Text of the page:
Obviously, these numbers are nowhere near accurate, as the shot is not dead on the side of the boat, and they don't account for mast rotation - so they should be taken with a grain of salt. However, it does accurately depict how fundamentally incorrect measuring mast bend via a straight projected line from the mast base is. 

    • Like 4

  7. 12 hours ago, Mozzy Sails said:

    How INEOS found their turbo...


    The "mast" bend illustration is not describing mast bend, but rather rake. No doubt the mast is bending, but not 1.5 mast widths as pictured. A more accurate measurement would be taken from the aft edge, foot to head, and offset measurements made at 1/8 or 1/4 points. 

    I think the thing most analysis is missing at this point, is the balance aspect. They appear to be running more rake, with smaller headsails, effectively moving the COE aft. This would all have to work in conjunction with the COG and whatever insane voodoo physics are at play underwater - which almost certainly have been affected by the foil mods and new rudder/elevator. 

  8. 18 minutes ago, Stingray~ said:

    During the presser today Max suggested the backstays ruling is still under discussion. That made me remember a comment posted by someone (happens to be a 35-yr commercial airline pilot) during TE’s latest webcast, where he made a possibly off-the wall comment on the subject..

    Could LR, in burying the stays inside the rig, be going after a ‘gurney’ type wing control feature? 

    Does @weta27 or one of the other superb NZ photogs have detailed shots of the mast head on any teams boat with the runners attached? Or even better of LR with or without the runners connected at deck level.

    While I understand "every little bit helps" I just think this whole backstay thing is a bit of a show. Similar to the jumperless rigs in the IACC v5 boats in Valencia. BMW Oracle had dummy jumpers during the lead up, but shed them once it counted- ultimately the team had tried to be too tricky with their equipment, and the gear wasn't reliable and didn't pay off. And with LLPR we have seen early engineering fail in the form of the foil arms, bow, and I'm sure lots more we will never hear about. I hope they keep their eyes on the prize and not get caught up in being too fancy...

  9. 2 hours ago, jaysper said:

    Copy catting doesn't imply the whole foil.

    Just cos they can't transplant the whole foil, doesn't mean they can't get ideas from them.

    Again with ETNZ and LLPR already committed their final foil designs, what is there to copy at this point? What idea can another team copy from ETNZ's foils or flaps that would integrate into their existing foil/flap config.

    There is no advantage in waiting to fit them to the boat- Hiding them until the last two weeks would only mean they don't have time to optimize and test different wind / wave conditions. Imagine it blows in the upper range for the last two weeks before the cup, and now they haven't tested the new super top secret foils in the expected light range because some yahoo on SA told them to conceal the foils until the last minute so no one could copy them (ya know cause we showed them foiling too early in 2013). It's illogical.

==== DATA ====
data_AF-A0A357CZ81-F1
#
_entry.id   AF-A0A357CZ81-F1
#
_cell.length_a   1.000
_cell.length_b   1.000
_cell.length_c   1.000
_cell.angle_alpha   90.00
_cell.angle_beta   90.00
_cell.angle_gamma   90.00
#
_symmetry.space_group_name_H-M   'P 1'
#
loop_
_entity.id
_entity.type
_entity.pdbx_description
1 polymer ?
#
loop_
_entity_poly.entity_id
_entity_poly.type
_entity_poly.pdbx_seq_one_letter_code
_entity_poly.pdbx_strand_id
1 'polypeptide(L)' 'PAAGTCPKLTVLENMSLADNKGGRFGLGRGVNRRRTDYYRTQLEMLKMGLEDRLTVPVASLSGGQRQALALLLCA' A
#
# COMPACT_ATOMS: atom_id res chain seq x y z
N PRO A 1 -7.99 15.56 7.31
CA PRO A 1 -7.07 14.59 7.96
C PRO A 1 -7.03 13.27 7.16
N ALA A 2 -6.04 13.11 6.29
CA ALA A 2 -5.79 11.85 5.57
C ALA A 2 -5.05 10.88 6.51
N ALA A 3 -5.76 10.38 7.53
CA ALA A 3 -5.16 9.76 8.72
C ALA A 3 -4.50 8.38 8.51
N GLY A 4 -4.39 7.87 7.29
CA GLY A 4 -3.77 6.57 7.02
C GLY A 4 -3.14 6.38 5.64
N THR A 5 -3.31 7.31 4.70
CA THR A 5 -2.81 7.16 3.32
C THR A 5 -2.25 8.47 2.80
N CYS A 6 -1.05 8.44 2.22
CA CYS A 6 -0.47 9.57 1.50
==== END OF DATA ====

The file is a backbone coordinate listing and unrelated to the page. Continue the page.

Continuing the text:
What you're failing to grasp, and trying to cover up by pointing to previous cycles is, the individual boat systems are too tightly integrated, and it's too late in the game, to copy significant ideas from other platforms. Iterative test-driven development doesn't work like that. If you throw a hail mary late in the game, every tool in your development pipeline has to compensate as well. It's just not going to happen.

    • Like 2

  10. 22 minutes ago, jaysper said:

    Remember I never said copy the whole foil. But you can incorporate ideas.

    ETNZ learnt not to show all your cards too early the hard way in San Francisco.

    In  Bermuda, they didn't deploy all their equipment until after Artemis had been dispatched.



    As far as copying flaps, I would suspect that the flap shapes are highly dependent on the leading bit (the foil), and again, I don't think you could transplant an ETNZ shaped flap on any of the challenger's foils and expect a miracle.

    I agree that they likely have new parts planned up until the match. However, they don't have the Prada Cup to deal with, so there is no reason not to show up the line with their best gear. There is no one to dispatch other than the remaining challenger. Performance improvements during the match will consist of tuning and boat handling, not some 11th hour new-fangled mainsail they've kept top secret this whole time.

  11. 1 minute ago, jaysper said: